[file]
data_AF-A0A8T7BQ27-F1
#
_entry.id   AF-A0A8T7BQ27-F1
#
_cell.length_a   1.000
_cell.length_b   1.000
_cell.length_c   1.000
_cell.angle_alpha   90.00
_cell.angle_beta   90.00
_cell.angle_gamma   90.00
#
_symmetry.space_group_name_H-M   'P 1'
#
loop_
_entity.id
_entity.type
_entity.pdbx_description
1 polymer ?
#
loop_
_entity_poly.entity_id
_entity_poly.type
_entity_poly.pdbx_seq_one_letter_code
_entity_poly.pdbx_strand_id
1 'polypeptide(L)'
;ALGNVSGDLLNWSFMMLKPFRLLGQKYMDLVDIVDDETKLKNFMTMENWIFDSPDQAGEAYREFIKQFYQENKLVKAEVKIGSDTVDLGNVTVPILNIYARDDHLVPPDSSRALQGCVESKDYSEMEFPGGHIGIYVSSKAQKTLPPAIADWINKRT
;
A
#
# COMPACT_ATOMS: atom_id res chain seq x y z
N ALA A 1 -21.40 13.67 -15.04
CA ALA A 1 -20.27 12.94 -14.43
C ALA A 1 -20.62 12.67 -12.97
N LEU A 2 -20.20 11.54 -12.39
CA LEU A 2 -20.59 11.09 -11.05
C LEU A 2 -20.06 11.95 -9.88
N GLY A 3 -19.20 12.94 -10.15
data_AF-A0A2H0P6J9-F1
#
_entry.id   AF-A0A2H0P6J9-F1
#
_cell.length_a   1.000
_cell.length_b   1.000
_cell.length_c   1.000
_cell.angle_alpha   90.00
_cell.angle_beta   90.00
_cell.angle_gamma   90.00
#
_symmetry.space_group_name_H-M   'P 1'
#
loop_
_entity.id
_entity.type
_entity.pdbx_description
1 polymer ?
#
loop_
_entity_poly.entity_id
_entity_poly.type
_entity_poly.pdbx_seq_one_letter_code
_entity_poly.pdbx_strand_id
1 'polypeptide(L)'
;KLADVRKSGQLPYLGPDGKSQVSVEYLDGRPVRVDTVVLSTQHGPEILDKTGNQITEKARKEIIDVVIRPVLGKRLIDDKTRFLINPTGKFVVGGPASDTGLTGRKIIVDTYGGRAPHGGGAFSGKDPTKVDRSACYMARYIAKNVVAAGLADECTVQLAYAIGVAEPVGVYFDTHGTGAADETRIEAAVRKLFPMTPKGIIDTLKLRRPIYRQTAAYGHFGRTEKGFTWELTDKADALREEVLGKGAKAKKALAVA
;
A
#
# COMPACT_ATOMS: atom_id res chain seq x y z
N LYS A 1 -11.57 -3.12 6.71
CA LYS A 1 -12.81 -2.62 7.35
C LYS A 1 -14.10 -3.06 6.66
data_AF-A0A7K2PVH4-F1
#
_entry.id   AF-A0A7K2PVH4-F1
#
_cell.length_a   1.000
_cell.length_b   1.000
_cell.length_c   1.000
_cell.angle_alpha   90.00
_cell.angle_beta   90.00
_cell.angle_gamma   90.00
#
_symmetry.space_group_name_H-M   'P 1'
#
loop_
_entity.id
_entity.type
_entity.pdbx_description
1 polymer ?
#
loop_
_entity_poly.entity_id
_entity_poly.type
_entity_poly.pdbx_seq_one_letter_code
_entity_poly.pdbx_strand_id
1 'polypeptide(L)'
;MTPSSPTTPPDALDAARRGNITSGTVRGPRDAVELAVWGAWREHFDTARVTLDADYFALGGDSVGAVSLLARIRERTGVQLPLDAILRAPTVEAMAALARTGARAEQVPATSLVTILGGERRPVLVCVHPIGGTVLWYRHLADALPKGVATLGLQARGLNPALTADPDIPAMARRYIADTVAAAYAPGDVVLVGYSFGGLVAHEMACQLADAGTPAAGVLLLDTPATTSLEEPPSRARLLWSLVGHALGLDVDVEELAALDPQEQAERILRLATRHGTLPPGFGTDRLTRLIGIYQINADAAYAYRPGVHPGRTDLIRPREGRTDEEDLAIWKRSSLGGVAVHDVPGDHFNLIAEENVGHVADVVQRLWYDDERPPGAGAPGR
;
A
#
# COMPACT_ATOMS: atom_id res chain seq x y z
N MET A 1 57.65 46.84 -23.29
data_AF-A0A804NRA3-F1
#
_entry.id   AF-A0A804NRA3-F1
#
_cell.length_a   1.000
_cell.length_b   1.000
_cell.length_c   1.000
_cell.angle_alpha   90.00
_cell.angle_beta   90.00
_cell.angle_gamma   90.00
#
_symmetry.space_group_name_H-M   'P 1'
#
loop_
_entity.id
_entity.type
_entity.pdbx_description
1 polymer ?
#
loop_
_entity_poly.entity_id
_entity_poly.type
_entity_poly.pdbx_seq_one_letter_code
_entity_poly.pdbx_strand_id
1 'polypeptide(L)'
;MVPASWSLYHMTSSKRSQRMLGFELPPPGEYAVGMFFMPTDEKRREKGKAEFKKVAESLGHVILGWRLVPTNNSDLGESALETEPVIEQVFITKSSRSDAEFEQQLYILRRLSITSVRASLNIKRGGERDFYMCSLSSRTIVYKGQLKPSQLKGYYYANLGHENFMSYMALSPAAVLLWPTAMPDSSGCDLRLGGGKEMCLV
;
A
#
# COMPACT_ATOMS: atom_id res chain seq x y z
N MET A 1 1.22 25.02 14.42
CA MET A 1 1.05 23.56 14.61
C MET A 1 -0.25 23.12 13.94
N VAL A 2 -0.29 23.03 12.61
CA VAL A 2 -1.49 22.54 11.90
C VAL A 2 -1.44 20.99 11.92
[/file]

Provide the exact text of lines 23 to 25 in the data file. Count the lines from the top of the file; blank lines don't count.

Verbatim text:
_entity_poly.pdbx_seq_one_letter_code
_entity_poly.pdbx_strand_id
1 'polypeptide(L)'